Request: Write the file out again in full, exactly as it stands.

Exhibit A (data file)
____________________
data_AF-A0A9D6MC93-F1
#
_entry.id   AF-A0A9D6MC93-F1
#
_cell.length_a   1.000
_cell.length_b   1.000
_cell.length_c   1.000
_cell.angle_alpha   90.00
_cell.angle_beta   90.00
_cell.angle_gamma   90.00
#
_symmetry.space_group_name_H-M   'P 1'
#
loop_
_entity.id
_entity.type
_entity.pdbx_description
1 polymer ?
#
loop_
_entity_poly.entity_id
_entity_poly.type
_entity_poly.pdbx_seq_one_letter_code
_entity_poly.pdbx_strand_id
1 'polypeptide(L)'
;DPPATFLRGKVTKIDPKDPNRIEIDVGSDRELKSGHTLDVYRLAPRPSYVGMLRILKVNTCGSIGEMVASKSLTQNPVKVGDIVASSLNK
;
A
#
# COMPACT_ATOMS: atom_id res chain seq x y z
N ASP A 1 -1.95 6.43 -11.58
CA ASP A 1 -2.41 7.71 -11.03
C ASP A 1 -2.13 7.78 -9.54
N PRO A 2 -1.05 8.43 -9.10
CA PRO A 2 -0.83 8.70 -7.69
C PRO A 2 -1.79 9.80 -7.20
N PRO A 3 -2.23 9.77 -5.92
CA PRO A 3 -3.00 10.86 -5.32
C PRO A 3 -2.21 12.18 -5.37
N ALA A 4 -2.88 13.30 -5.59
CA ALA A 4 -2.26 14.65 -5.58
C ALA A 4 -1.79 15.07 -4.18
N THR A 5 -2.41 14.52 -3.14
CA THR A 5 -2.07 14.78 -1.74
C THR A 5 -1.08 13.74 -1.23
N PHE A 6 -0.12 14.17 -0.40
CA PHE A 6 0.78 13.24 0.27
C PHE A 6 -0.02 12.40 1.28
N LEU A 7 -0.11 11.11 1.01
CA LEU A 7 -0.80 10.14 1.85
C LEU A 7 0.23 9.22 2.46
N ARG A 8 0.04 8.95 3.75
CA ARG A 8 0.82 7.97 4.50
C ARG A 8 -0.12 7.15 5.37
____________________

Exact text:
data_AF-A0A9D6MC93-F1
#
_entry.id   AF-A0A9D6MC93-F1
#
_cell.length_a   1.000
_cell.length_b   1.000
_cell.length_c   1.000
_cell.angle_alpha   90.00
_cell.angle_beta   90.00
_cell.angle_gamma   90.00
#
_symmetry.space_group_name_H-M   'P 1'
#
loop_
_entity.id
_entity.type
_entity.pdbx_description
1 polymer ?
#
loop_
_entity_poly.entity_id
_entity_poly.type
_entity_poly.pdbx_seq_one_letter_code
_entity_poly.pdbx_strand_id
1 'polypeptide(L)'
;DPPATFLRGKVTKIDPKDPNRIEIDVGSDRELKSGHTLDVYRLAPRPSYVGMLRILKVNTCGSIGEMVASKSLTQNPVKVGDIVASSLNK
;
A
#
# COMPACT_ATOMS: atom_id res chain seq x y z
N ASP A 1 -1.95 6.43 -11.58
CA ASP A 1 -2.41 7.71 -11.03
C ASP A 1 -2.13 7.78 -9.54
N PRO A 2 -1.05 8.43 -9.10
CA PRO A 2 -0.83 8.70 -7.69
C PRO A 2 -1.79 9.80 -7.20
N PRO A 3 -2.23 9.77 -5.92
CA PRO A 3 -3.00 10.86 -5.32
C PRO A 3 -2.21 12.18 -5.37
N ALA A 4 -2.88 13.30 -5.59
CA ALA A 4 -2.26 14.65 -5.58
C ALA A 4 -1.79 15.07 -4.18
N THR A 5 -2.41 14.52 -3.14
CA THR A 5 -2.07 14.78 -1.74
C THR A 5 -1.08 13.74 -1.23
N PHE A 6 -0.12 14.17 -0.40
CA PHE A 6 0.78 13.24 0.27
C PHE A 6 -0.02 12.40 1.28
N LEU A 7 -0.11 11.11 1.01
CA LEU A 7 -0.80 10.14 1.85
C LEU A 7 0.23 9.22 2.46
N ARG A 8 0.04 8.95 3.75
CA ARG A 8 0.82 7.97 4.50
C ARG A 8 -0.12 7.15 5.37